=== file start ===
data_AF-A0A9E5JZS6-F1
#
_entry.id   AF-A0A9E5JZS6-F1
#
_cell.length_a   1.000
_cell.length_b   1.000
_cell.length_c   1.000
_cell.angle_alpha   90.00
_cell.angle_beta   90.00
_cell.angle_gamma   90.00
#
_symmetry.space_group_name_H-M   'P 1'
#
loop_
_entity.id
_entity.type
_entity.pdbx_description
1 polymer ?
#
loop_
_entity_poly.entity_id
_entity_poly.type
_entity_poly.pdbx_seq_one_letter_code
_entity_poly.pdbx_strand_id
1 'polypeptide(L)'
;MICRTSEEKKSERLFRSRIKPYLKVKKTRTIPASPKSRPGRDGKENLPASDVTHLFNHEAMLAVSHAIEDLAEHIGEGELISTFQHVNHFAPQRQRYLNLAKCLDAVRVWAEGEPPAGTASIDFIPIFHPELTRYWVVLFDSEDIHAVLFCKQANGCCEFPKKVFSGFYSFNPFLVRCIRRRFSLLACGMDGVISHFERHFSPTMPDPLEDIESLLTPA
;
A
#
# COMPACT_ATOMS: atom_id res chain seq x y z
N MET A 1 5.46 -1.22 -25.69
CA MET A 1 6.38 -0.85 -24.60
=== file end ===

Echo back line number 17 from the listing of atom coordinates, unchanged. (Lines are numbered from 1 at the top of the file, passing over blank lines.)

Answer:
_entity.pdbx_description